With the once dominating force of Spanish trials motorcycles in turmoil with Bultaco and Ossa removed from the equation, a new breed of cottage industry motorcycle manufacturers was beginning to emerge to join Montesa in Spain. The ‘Shock’ of the new single shock, or mono-shock, Yamaha from Japan had forced many problems for anyone left with all their development budget spent on twin-shock machinery. Yamaha had changed the direction of the trials motorcycle and, as we will see, the evolution of the machine would start to change a trend which in the mid-eighties witnessed the closure of, amongst others, the SWM factory. Yamaha would still lead the way in the terms of sales figures but the European manufacturers were far from finished.
Whether people like it or not, when a top rider on a certain brand of machine hits the headlines the buying public takes notice. Off the back of this publicity market trends can be determined. Regarding sales, manufacturers are proud to advertise the fact that they are winners and, as everyone is aware, we like winners. Yamaha would probably disagree with this, as they sold thousands of the mono-shock Yamahas but only had one World round winner, a French rider in a French World round when in 1988 Thierry Girard made his claim to fame.
Fantic had survived the move to single-shock machinery, despite a very close call in the mid-eighties which nearly forced them to close the door as sales of the 300cc twin-shock model virtually disappeared overnight. Montesa was also struggling with machines that did not attract the buying public like they used to. In truth the ‘pie’ they all wanted a piece of was getting smaller with more manufacturers entering the trials market.
Yamaha was dominating sales but was not putting their money back into the sport to support riders in the World Trials Championship, and Tony Scarlett for one made a very brave move from the Japanese’s manufacturer to JCM in France to help develop a new trials machine. Despite a very hefty price tag of £5,329, Honda was still importing and selling a small batch of the RTL 250 Hondas off the back of the glory days with Belgium’s Eddy Lejeune and Steve Saunders.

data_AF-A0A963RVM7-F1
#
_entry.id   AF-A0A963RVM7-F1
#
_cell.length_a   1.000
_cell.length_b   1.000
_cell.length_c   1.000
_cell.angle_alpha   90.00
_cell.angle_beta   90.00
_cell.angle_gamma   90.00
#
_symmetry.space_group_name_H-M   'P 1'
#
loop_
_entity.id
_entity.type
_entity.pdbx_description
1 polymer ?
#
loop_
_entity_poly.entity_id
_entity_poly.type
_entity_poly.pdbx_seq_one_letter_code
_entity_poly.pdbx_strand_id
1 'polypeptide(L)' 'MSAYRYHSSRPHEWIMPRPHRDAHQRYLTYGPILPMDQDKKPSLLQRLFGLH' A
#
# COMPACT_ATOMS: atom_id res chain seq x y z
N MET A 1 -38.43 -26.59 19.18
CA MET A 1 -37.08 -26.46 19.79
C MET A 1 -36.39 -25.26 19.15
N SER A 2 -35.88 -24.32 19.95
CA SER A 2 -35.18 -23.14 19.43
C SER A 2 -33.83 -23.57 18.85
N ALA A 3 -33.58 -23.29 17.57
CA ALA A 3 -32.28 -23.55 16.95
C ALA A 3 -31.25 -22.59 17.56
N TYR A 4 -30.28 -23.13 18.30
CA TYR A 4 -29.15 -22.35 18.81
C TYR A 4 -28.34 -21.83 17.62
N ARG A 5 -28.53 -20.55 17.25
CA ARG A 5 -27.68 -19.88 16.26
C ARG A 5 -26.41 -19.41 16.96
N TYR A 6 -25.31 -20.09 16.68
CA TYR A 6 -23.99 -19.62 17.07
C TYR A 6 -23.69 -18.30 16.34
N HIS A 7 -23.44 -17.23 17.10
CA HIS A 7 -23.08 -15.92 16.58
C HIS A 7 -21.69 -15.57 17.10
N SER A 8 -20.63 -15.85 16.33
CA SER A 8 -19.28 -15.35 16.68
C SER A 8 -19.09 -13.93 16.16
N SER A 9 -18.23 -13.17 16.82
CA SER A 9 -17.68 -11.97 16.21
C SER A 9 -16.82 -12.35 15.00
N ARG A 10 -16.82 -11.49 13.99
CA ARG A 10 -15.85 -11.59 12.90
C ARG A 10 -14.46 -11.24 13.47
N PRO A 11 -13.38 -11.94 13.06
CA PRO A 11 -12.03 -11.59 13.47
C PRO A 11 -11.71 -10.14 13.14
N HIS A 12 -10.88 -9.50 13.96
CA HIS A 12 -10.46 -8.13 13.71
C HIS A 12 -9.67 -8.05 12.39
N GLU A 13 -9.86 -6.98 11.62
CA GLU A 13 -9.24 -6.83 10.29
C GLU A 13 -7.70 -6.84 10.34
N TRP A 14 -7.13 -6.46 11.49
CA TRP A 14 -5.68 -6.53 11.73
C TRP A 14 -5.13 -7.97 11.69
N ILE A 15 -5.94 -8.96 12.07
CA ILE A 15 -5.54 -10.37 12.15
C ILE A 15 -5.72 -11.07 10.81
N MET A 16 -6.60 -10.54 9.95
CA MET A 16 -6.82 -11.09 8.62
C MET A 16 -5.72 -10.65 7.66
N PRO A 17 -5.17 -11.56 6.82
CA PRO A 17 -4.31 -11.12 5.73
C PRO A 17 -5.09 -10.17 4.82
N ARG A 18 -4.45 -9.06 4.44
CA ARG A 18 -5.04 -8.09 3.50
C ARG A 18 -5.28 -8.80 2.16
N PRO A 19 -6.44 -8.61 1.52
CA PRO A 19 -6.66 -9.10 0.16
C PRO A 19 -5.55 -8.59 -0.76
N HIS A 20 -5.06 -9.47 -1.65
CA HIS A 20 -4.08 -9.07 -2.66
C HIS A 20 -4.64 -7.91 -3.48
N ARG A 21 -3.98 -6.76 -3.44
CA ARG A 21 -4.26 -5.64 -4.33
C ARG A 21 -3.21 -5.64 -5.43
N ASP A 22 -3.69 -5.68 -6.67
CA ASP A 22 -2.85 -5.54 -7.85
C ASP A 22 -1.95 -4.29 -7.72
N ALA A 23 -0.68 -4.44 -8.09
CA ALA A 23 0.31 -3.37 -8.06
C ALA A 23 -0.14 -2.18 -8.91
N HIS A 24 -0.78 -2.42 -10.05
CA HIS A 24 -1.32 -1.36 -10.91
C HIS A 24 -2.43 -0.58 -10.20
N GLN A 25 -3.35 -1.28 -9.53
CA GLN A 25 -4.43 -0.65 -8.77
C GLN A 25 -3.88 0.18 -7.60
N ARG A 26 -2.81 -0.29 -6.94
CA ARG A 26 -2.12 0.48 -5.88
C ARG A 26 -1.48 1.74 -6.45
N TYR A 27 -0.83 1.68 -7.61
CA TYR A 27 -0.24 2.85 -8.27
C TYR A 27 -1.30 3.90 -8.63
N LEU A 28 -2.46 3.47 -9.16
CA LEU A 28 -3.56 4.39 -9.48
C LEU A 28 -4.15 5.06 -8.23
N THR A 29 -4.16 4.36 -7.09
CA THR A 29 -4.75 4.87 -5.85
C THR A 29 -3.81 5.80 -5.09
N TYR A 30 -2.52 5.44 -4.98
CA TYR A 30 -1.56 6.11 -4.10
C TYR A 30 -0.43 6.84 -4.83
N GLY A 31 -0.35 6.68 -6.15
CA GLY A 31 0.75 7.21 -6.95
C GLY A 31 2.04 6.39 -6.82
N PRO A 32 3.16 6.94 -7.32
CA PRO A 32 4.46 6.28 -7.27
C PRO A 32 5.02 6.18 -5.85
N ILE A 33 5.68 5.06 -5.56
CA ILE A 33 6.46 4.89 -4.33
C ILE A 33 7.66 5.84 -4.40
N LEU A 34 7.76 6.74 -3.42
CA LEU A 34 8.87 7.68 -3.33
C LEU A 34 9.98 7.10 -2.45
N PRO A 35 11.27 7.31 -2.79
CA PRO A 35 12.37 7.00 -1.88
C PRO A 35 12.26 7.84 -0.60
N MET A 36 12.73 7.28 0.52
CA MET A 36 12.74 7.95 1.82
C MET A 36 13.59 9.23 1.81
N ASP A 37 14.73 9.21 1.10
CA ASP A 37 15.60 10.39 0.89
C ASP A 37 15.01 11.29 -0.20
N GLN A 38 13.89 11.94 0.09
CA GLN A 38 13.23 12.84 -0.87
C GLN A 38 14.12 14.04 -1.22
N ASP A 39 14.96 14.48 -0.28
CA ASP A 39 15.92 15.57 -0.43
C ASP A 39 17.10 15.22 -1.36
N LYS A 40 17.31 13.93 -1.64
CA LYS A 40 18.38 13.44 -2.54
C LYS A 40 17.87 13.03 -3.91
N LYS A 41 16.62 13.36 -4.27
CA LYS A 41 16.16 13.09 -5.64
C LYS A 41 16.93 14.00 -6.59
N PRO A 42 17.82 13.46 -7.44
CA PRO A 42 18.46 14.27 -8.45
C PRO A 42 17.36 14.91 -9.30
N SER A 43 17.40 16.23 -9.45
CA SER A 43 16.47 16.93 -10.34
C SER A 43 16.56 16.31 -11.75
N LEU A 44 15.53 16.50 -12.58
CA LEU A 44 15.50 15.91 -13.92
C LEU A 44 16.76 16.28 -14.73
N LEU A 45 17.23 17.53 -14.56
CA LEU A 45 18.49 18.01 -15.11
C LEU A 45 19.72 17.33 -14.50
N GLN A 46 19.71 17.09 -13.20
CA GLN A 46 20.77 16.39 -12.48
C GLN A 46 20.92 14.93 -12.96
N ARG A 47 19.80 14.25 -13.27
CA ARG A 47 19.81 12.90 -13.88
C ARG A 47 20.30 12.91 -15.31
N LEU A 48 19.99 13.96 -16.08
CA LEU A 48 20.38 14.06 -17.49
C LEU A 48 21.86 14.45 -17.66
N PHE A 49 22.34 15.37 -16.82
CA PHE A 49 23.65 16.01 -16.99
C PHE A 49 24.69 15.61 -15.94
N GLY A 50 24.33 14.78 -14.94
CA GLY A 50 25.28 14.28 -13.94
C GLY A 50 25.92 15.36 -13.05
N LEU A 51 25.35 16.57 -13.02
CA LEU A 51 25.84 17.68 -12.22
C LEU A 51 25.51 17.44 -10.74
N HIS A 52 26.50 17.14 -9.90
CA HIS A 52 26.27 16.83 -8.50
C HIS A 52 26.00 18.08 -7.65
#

The Italian manufacturers had seen SWM in 1984 go into liquidation but were not put off by this, and Aprilia, Beta and Garelli were pushing hard with the sales of their new machines.
In the UK Steve Saunders had moved to Fantic in a move which went a long way to the restoration of the brand’s faith in the buying public. Fantic had moved from the heavy twinshock 300 and introduced the 301 mono-shock model, which had proved very popular. With Saunders mounted on the new 303 model, sales would once again return to the Italian brand that would enjoy the popularity it had enjoyed before in the earlier part of the eighties.
Tubeless tyres were starting to be developed to their full potential with Michelin, the market leaders. Off the back of this new period of tubeless tyre, Dunlop came out fighting with a new compound model code named the K320. Pirelli joined the trend with a further development with the MT43 on the factory supported Aprilia.
The rear suspension evolution continued with the arrival of remote cooling and adjustment cylinders placed on the machine in a multitude of strange areas away from the suspension unit itself and connected by a high-pressure hose. Disc brakes front and rear had replaced the hopelessly outdated drum arrangement and proved their worth as the power outputs from the machines increased. The air-cooled single cylinder engine remained deemed the best for trials competition use, but around the corner, the liquid-cooled engines were on their way.
John Hulme: “On a very early visit to the workshop of Spain’s ace trials-tuning wizard Joseph Paxau in 1988 I witnessed the very early Gas Gas engine on the milling machine waiting for its adaptation to water-cooling”.
Developments would change the face of the trials machine for ever at the end of the very turbulent eighties for the trials manufacturers.
At world championship level the opening rounds of the series threw out some big surprises. After problems with the time allowance for the top riders at the opening round in Spain, where many were excluded for going over the allowance, Lluis Gallach gave the Mecatecno machine its only win, making it a massive day for Spain. A week later in Belgium, it was the turn of another Spanish rider and manufacturer combination that took the win with Gabino Renales and Gas Gas.
In a year dominated by Jordi Tarres on the Beta on the way to his first of seven world titles only two other riders won World rounds: Steve Saunders on the Fantic in France and Italian Aprilia rider Diego Bosis in America. The 1986 world champion from France Thierry Michaud didn’t win a round at all.
In the UK Steve Saunders on the Fantic and Tony Scarlett dominated the series with only Gerald Richardson on the Yamaha taking a single win as Saunders took the title once again.
68 Jordi Tarres (Beta-ESP) World Trials Champion 1987.
In a very emotional day for Spain rider Lluis Gallach won on a Spanish built machine, the Mecatecno at the opening World round.
Despite little success the Mono-Shock Yamaha TY 250 remained the best-selling trials machine of 1987.
Joel Corroy had Tony Scarlett mounted on the JCM Vega.